In Lifestyle

Positive Aging and Mindset:

How to cultivate a healthy mindset and purposeful life.

Famed football coach Lou Holtz once said that “Virtually nothing is impossible in this world if you just put your mind to it and maintain a positive attitude,” a sentiment that can apply to embracing the natural aging process. Although new challenges will present themselves, it’s important to choose a favorable outlook whenever you can. That, combined with finding meaning in your everyday purpose, might just be the secret to living a longer and happier life.

So how do you cultivate a positive mindset? Experts offer a few simple strategies to train your brain to look on the bright side. The practice of gratitude appears to be the answer for lifting spirits according to several research studies. Dr. Robert Emmons, the world’s leading scientific expert on gratitude, says gratitude is linked “…to a host of psychological, physical, and social benefits: stronger immune systems, lower blood pressure, more feelings of joy, and a greater sense of social connection, among many others.” He writes that “…people who live a life of pervasive thankfulness really do experience life differently than people who cheat themselves out of life by not feeling grateful.”

A Harvard Health article outlined several, easy ways to incorporate more gratitude into everyday life. These include:

  • writing thank you notes
  • thanking someone mentally
  • keeping a gratitude journal
  • counting your blessings
  • prayer
  • meditation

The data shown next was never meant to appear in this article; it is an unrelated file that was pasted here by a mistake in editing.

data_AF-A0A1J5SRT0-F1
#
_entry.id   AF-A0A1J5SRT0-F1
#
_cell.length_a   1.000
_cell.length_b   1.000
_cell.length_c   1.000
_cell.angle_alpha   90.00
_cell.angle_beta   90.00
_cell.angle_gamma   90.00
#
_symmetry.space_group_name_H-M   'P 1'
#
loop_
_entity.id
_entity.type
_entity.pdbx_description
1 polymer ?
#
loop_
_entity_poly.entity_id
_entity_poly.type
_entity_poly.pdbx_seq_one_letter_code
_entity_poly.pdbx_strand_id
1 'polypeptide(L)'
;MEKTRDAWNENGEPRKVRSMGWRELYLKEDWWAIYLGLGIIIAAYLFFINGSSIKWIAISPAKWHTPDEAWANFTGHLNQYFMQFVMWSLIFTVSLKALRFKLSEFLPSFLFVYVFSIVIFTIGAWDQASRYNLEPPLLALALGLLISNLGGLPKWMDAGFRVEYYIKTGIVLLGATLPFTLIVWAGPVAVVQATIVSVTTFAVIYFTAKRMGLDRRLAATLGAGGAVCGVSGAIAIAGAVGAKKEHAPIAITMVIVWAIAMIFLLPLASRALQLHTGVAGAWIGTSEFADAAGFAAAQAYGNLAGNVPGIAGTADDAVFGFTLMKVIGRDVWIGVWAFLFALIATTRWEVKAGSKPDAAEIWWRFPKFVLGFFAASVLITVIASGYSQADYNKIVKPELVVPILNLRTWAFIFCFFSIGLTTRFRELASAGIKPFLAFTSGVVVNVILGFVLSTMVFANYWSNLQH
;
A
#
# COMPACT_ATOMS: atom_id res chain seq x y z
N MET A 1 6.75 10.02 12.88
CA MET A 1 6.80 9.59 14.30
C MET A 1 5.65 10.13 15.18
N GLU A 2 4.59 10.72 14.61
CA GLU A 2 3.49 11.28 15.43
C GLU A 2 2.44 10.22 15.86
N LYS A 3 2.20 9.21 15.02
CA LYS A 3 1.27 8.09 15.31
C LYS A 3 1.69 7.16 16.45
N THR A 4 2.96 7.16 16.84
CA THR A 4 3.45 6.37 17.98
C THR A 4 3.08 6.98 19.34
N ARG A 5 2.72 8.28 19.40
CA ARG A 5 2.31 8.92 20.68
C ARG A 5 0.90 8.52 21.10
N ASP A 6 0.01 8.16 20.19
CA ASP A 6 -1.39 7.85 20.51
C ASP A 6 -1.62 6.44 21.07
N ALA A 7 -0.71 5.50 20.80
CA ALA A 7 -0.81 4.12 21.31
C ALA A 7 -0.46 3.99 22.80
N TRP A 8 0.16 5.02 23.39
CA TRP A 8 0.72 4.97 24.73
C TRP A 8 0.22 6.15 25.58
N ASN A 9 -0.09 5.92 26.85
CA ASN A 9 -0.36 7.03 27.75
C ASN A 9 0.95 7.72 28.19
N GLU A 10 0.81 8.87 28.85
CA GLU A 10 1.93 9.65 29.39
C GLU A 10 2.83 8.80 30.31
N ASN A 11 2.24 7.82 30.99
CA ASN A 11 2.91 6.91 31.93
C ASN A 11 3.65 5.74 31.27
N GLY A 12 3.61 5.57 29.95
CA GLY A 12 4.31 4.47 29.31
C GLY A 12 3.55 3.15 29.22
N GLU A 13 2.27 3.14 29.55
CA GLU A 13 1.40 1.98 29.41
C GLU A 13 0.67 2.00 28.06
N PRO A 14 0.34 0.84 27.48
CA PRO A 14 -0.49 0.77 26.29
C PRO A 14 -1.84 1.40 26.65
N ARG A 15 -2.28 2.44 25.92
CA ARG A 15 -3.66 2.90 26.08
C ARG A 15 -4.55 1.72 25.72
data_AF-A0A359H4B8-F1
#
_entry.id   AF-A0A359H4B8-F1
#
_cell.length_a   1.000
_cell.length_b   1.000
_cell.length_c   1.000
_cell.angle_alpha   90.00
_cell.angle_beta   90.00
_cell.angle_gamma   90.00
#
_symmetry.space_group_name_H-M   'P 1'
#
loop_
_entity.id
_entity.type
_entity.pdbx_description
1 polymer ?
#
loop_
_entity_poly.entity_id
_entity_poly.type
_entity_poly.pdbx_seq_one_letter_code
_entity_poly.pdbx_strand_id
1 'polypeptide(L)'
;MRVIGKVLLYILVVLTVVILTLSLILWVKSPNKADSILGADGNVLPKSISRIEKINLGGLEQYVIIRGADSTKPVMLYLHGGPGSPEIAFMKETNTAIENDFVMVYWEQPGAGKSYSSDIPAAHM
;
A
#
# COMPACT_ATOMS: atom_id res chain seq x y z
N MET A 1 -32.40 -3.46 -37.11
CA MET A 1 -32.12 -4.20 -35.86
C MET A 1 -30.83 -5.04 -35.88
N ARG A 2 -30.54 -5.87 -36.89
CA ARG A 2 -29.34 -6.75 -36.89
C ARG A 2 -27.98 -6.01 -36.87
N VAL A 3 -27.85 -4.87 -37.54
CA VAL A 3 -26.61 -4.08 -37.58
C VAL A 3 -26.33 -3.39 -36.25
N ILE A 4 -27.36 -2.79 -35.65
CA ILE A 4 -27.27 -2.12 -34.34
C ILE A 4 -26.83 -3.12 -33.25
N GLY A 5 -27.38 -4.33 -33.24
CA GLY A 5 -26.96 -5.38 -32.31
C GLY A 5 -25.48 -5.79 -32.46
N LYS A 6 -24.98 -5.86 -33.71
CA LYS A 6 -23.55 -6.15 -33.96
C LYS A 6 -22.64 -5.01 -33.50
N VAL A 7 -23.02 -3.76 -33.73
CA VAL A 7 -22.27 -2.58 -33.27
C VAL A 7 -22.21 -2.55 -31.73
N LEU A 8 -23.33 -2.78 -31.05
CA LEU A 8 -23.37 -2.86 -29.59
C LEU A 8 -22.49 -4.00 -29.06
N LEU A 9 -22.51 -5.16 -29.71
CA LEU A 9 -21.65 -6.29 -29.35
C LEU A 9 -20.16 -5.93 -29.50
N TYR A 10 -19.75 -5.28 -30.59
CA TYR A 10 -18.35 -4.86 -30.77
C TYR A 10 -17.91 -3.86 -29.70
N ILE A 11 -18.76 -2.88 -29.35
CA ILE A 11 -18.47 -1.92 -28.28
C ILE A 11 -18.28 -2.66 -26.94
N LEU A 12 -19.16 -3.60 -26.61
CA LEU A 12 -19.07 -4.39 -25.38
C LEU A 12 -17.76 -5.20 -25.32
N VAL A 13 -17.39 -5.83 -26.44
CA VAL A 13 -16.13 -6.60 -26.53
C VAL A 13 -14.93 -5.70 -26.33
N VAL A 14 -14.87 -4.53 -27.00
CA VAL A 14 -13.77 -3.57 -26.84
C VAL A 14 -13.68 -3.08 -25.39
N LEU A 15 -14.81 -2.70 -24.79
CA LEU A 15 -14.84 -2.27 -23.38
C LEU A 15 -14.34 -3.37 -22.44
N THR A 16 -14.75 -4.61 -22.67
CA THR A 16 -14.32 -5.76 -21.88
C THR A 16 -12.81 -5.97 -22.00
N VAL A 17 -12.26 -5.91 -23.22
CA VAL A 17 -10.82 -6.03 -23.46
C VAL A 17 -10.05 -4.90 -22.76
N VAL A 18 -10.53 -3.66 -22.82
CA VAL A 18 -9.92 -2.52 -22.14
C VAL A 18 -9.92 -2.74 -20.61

The practice of gratitude also builds on itself. Researchers Joshua Brown, Ph.D, and Joel Wong, Ph.D., studied the practice of writing gratitude notes. Their findings “suggests that practicing gratitude may help train the brain to be more sensitive to the experience of gratitude down the line, and this could contribute to improved mental health over time.” That means small efforts to practice thankfulness now will continue to build and can contribute to a positive mindset over time.

Along with a gratitude practice, finding a purpose and sense of fulfillment can encourage a positive mindset. People of all ages who feel they have a mission or reason for being, live longer, healthier and happier lives. A study published in JAMA Current Open found that a stronger purpose in life was associated with lower all-cause mortality, and the association  appears more significant than other contextual factors, such as wealth level, gender, race or education. In addition, the lack of a purpose is more powerful as a risk factor for mortality than drinking, smoking or exercising consistently.

One of the best ways to find a purpose is to participate in regular activities that bring you joy, such as recreation or enrichment classes, robust relationships or a spiritual practice. Activities or practices in a group setting can foster connections, which provide extra reinforcement for the good feelings associated with the activity. Finding purpose and meaning can be a spiritual exercise as you discern your next steps and ponder what you might be called upon to do next. Setting aside time each day for prayer or meditation can help attune your mind for answers.

For those who appreciate efficiency, creating a gratitude practice can serve as both a way to cultivate a positive mindset and to give purpose to your day. Start with one of the listed suggestions to include more thankfulness in your day. Make it a habit and note how your mood may improve. Also, keep track of how your gratitude efforts may give your everyday life more meaning. Seeking opportunities for gratitude and purpose is scientifically proven to improve your mindset, and that’s a secret to aging that’s worth sharing!

Discover Your Best Life at Beacon Hill at Eastgate



Print Friendly, PDF & Email
Recent Posts
Please fill out this form to REGISTER.
Please fill out this application.